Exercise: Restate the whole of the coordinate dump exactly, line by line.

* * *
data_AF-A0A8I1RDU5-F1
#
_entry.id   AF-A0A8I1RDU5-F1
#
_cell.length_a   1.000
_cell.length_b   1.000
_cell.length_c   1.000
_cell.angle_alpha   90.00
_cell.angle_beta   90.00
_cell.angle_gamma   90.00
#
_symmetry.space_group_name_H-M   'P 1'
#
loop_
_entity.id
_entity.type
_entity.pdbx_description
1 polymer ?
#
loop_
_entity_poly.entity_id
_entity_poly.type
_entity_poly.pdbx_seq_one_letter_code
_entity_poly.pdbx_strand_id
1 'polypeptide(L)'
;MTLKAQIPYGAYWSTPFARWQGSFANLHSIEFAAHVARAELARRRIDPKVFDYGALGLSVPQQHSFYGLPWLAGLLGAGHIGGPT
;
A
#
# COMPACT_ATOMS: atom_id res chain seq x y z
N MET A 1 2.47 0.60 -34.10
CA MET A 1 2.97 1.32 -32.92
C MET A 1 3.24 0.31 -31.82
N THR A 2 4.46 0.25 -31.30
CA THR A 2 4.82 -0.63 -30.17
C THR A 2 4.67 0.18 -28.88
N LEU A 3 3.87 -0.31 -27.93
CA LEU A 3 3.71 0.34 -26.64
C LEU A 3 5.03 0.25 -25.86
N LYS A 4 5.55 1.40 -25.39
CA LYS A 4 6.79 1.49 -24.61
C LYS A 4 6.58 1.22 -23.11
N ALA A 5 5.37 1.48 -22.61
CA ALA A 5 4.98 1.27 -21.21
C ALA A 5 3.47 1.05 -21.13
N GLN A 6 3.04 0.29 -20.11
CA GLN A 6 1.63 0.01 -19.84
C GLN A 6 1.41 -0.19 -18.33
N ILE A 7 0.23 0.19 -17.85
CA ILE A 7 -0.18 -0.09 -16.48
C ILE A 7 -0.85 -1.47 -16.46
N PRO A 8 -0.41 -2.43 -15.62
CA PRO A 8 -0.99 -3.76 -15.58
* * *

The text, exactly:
data_AF-A0A8I1RDU5-F1
#
_entry.id   AF-A0A8I1RDU5-F1
#
_cell.length_a   1.000
_cell.length_b   1.000
_cell.length_c   1.000
_cell.angle_alpha   90.00
_cell.angle_beta   90.00
_cell.angle_gamma   90.00
#
_symmetry.space_group_name_H-M   'P 1'
#
loop_
_entity.id
_entity.type
_entity.pdbx_description
1 polymer ?
#
loop_
_entity_poly.entity_id
_entity_poly.type
_entity_poly.pdbx_seq_one_letter_code
_entity_poly.pdbx_strand_id
1 'polypeptide(L)'
;MTLKAQIPYGAYWSTPFARWQGSFANLHSIEFAAHVARAELARRRIDPKVFDYGALGLSVPQQHSFYGLPWLAGLLGAGHIGGPT
;
A
#
# COMPACT_ATOMS: atom_id res chain seq x y z
N MET A 1 2.47 0.60 -34.10
CA MET A 1 2.97 1.32 -32.92
C MET A 1 3.24 0.31 -31.82
N THR A 2 4.46 0.25 -31.30
CA THR A 2 4.82 -0.63 -30.17
C THR A 2 4.67 0.18 -28.88
N LEU A 3 3.87 -0.31 -27.93
CA LEU A 3 3.71 0.34 -26.64
C LEU A 3 5.03 0.25 -25.86
N LYS A 4 5.55 1.40 -25.39
CA LYS A 4 6.79 1.49 -24.61
C LYS A 4 6.58 1.22 -23.11
N ALA A 5 5.37 1.48 -22.61
CA ALA A 5 4.98 1.27 -21.21
C ALA A 5 3.47 1.05 -21.13
N GLN A 6 3.04 0.29 -20.11
CA GLN A 6 1.63 0.01 -19.84
C GLN A 6 1.41 -0.19 -18.33
N ILE A 7 0.23 0.19 -17.85
CA ILE A 7 -0.18 -0.09 -16.48
C ILE A 7 -0.85 -1.47 -16.46
N PRO A 8 -0.41 -2.43 -15.62
CA PRO A 8 -0.99 -3.76 -15.58